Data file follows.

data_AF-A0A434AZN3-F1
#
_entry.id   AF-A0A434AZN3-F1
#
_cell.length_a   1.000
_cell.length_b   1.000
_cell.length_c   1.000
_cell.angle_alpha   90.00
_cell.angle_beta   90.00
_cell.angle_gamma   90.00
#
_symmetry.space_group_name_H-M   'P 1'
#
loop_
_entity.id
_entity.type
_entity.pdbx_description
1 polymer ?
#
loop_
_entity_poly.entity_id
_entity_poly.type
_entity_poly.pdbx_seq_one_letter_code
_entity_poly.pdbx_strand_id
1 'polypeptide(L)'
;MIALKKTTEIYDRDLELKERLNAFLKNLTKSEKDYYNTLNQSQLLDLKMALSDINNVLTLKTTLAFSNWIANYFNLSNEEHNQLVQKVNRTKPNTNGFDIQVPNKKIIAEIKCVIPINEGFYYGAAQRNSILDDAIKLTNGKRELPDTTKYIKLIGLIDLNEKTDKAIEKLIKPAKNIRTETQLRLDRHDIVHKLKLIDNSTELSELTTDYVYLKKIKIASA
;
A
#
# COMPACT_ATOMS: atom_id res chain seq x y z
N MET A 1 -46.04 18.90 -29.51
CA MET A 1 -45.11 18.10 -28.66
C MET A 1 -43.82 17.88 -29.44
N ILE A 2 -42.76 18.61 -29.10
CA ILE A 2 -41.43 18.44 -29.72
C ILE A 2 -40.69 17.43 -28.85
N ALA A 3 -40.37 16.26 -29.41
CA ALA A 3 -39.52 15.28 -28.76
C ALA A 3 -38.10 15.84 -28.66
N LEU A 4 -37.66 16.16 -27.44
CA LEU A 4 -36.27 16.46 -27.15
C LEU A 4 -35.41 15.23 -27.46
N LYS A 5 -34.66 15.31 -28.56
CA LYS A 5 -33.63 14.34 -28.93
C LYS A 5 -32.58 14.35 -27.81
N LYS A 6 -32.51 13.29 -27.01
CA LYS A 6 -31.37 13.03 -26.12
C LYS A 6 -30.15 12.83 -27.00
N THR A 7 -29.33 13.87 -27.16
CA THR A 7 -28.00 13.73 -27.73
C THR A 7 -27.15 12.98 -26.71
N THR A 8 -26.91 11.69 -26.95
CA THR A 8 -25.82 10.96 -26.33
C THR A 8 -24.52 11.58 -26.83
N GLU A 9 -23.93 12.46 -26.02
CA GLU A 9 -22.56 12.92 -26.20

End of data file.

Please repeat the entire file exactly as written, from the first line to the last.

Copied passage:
data_AF-A0A434AZN3-F1
#
_entry.id   AF-A0A434AZN3-F1
#
_cell.length_a   1.000
_cell.length_b   1.000
_cell.length_c   1.000
_cell.angle_alpha   90.00
_cell.angle_beta   90.00
_cell.angle_gamma   90.00
#
_symmetry.space_group_name_H-M   'P 1'
#
loop_
_entity.id
_entity.type
_entity.pdbx_description
1 polymer ?
#
loop_
_entity_poly.entity_id
_entity_poly.type
_entity_poly.pdbx_seq_one_letter_code
_entity_poly.pdbx_strand_id
1 'polypeptide(L)'
;MIALKKTTEIYDRDLELKERLNAFLKNLTKSEKDYYNTLNQSQLLDLKMALSDINNVLTLKTTLAFSNWIANYFNLSNEEHNQLVQKVNRTKPNTNGFDIQVPNKKIIAEIKCVIPINEGFYYGAAQRNSILDDAIKLTNGKRELPDTTKYIKLIGLIDLNEKTDKAIEKLIKPAKNIRTETQLRLDRHDIVHKLKLIDNSTELSELTTDYVYLKKIKIASA
;
A
#
# COMPACT_ATOMS: atom_id res chain seq x y z
N MET A 1 -46.04 18.90 -29.51
CA MET A 1 -45.11 18.10 -28.66
C MET A 1 -43.82 17.88 -29.44
N ILE A 2 -42.76 18.61 -29.10
CA ILE A 2 -41.43 18.44 -29.72
C ILE A 2 -40.69 17.43 -28.85
N ALA A 3 -40.37 16.26 -29.41
CA ALA A 3 -39.52 15.28 -28.76
C ALA A 3 -38.10 15.84 -28.66
N LEU A 4 -37.66 16.16 -27.44
CA LEU A 4 -36.27 16.46 -27.15
C LEU A 4 -35.41 15.23 -27.46
N LYS A 5 -34.66 15.31 -28.56
CA LYS A 5 -33.63 14.34 -28.93
C LYS A 5 -32.58 14.35 -27.81
N LYS A 6 -32.51 13.29 -27.01
CA LYS A 6 -31.37 13.03 -26.12
C LYS A 6 -30.15 12.83 -27.00
N THR A 7 -29.33 13.87 -27.16
CA THR A 7 -28.00 13.73 -27.73
C THR A 7 -27.15 12.98 -26.71
N THR A 8 -26.91 11.69 -26.95
CA THR A 8 -25.82 10.96 -26.33
C THR A 8 -24.52 11.58 -26.83
N GLU A 9 -23.93 12.46 -26.02
CA GLU A 9 -22.56 12.92 -26.20